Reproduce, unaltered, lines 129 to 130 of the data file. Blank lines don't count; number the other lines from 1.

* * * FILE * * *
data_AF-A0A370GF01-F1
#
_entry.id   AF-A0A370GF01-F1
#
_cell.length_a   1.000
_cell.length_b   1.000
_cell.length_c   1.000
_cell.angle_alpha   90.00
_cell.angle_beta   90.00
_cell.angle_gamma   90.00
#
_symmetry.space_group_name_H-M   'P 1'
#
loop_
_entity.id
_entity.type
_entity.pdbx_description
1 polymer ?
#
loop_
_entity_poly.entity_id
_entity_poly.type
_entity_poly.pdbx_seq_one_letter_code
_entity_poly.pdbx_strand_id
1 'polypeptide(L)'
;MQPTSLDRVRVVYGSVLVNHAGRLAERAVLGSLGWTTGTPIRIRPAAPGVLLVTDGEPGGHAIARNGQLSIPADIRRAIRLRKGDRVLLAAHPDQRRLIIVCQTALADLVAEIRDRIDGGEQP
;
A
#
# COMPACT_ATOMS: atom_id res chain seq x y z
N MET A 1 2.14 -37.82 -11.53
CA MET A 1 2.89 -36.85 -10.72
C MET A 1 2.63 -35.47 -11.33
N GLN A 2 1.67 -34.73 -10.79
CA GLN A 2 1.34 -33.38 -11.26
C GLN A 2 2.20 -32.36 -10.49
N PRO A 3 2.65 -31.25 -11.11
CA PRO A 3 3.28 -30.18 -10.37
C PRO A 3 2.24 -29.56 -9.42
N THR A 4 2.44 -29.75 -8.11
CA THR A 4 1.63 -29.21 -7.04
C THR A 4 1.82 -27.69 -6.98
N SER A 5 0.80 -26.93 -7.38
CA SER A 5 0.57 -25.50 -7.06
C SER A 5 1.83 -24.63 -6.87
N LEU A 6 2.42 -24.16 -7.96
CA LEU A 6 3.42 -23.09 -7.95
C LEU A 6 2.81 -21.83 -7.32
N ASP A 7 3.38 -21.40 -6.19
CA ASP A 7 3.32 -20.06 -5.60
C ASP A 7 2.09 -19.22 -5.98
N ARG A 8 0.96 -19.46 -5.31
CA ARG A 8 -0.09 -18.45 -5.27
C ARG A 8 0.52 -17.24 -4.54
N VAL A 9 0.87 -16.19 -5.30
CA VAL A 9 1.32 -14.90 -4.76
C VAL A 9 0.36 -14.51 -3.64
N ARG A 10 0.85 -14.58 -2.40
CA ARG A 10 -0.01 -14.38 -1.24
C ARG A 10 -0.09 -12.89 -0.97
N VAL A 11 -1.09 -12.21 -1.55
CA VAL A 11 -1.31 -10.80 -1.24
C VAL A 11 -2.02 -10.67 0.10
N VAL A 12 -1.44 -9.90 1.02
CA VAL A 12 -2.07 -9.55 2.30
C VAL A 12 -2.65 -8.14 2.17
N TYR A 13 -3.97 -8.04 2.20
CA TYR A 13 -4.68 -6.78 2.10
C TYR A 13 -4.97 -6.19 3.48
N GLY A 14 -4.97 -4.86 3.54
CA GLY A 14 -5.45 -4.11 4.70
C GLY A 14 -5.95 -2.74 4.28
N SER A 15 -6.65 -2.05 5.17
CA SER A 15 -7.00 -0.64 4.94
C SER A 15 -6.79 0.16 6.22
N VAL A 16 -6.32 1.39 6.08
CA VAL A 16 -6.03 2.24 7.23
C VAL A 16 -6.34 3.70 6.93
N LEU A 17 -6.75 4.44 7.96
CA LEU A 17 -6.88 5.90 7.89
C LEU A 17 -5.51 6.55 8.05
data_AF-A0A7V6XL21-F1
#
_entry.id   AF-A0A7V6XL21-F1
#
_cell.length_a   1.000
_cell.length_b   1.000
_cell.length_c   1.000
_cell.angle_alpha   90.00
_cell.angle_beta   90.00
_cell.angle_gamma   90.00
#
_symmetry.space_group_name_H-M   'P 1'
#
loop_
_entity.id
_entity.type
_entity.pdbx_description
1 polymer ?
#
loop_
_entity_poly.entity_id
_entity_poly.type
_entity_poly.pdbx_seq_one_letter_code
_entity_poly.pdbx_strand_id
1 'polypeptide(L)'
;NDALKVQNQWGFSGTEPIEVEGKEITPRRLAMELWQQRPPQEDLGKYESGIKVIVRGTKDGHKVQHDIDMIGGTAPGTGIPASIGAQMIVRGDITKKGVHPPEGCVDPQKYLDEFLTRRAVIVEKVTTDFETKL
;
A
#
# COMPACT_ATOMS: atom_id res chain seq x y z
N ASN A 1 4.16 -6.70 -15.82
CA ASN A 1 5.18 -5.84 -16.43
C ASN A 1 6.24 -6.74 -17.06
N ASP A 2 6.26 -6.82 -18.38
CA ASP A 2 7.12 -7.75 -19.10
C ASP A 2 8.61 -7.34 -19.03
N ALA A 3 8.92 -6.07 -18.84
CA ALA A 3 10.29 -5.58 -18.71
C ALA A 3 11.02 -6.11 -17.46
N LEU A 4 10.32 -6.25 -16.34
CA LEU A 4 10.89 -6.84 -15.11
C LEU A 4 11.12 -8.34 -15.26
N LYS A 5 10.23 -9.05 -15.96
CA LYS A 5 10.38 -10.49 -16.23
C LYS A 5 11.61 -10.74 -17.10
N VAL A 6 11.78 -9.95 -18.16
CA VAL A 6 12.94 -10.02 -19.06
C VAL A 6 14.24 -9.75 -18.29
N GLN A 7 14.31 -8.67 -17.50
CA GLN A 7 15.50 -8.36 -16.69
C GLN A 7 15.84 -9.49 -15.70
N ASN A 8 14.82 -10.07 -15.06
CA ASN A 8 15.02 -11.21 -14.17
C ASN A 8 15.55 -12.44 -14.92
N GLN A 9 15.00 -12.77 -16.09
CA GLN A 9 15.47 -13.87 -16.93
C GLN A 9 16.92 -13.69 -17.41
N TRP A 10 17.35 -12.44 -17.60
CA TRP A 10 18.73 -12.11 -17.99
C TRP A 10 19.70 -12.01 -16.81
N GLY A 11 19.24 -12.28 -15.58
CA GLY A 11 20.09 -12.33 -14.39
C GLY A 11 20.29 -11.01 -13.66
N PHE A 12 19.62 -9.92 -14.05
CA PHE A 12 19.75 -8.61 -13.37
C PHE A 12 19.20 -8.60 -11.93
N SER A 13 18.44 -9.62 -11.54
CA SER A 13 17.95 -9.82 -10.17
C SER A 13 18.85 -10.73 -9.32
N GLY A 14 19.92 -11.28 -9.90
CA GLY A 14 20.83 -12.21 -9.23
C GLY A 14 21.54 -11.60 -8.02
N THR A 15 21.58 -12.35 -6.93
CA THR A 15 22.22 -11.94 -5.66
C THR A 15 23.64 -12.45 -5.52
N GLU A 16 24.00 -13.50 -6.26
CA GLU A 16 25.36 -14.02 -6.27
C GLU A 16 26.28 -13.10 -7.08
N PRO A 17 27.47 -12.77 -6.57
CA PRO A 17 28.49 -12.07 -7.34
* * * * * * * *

C VAL A 6 14.24 -9.75 -18.29
N GLN A 7 14.31 -8.67 -17.50